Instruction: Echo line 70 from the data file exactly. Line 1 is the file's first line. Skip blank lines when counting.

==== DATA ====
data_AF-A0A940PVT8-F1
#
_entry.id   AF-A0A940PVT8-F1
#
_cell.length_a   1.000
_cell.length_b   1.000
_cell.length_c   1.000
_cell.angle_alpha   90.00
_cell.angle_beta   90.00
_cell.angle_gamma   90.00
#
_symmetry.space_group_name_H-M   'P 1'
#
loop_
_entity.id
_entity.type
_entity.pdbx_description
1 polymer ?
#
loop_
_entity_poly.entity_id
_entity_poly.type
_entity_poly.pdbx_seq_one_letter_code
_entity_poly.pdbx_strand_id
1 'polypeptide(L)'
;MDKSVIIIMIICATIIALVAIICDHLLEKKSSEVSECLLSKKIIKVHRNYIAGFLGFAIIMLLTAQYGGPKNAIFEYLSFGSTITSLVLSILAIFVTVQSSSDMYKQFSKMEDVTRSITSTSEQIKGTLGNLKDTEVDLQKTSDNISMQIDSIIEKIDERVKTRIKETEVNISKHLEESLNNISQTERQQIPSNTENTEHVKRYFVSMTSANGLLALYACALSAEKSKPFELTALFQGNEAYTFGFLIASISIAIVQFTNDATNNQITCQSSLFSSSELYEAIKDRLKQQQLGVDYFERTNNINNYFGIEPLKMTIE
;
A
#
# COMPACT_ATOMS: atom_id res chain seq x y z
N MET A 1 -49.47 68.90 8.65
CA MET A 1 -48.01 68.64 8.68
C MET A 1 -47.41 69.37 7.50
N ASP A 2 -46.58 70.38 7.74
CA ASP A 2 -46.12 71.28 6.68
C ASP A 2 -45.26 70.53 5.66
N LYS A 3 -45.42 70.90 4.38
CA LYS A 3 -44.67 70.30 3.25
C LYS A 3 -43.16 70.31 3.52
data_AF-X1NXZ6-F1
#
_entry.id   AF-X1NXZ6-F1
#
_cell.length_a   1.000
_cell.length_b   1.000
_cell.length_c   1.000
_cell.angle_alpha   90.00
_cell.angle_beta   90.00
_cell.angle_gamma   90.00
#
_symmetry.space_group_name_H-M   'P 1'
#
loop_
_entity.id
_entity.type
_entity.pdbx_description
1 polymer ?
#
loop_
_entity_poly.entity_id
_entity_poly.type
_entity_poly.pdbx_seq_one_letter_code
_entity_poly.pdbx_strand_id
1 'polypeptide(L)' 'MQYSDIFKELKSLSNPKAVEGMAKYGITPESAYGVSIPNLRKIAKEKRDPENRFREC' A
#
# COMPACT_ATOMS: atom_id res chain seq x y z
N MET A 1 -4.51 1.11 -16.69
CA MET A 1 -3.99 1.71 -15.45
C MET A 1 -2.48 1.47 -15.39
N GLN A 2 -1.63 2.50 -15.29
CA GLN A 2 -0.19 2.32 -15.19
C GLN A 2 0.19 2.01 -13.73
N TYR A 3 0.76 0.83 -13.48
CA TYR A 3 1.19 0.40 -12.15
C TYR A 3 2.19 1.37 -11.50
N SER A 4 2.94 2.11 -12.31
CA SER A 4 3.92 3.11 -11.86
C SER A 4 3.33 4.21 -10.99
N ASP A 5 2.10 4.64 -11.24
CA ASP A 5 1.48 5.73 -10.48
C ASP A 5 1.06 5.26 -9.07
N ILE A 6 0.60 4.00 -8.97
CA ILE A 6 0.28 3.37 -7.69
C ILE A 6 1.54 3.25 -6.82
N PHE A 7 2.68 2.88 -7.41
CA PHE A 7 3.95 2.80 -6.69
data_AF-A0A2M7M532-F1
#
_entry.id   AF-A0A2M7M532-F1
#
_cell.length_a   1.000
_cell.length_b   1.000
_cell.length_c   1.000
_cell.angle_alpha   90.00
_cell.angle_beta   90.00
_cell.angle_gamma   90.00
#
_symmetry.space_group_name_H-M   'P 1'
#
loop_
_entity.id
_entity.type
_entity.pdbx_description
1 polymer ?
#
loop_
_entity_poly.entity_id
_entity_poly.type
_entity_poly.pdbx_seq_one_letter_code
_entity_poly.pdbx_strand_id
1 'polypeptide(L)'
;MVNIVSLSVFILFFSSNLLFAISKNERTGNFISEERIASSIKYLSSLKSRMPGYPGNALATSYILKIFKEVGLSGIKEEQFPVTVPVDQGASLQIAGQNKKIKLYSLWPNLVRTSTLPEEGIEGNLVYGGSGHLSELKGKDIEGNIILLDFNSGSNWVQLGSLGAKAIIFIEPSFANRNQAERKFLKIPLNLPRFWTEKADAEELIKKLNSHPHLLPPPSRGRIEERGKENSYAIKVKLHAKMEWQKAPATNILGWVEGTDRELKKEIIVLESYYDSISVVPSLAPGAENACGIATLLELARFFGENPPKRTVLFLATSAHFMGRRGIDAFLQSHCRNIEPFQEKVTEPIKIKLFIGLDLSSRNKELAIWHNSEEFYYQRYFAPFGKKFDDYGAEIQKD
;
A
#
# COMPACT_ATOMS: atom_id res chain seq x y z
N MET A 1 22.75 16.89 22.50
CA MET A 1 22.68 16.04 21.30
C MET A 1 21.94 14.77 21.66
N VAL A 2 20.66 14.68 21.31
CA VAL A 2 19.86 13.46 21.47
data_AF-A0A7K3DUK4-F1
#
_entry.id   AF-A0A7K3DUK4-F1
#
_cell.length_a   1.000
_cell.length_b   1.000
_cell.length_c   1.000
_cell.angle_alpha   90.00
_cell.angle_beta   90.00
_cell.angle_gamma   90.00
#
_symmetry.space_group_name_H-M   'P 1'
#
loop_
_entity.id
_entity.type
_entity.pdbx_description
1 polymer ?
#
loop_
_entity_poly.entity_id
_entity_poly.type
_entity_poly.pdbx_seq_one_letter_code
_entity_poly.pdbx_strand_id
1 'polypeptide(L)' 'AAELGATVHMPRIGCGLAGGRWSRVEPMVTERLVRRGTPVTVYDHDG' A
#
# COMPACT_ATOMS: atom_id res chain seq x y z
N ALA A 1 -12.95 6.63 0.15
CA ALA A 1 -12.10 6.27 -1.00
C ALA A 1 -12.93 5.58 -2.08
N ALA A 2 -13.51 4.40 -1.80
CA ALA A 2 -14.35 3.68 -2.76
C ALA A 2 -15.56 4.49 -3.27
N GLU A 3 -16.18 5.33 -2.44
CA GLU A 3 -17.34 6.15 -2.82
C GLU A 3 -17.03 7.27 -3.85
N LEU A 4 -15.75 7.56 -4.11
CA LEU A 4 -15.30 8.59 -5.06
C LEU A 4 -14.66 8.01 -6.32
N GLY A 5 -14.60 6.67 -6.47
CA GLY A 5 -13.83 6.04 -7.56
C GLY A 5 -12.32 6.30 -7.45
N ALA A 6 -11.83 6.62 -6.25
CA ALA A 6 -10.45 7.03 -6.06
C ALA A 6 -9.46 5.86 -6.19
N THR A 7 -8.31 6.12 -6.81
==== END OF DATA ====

N GLN A 2 -1.63 2.50 -15.29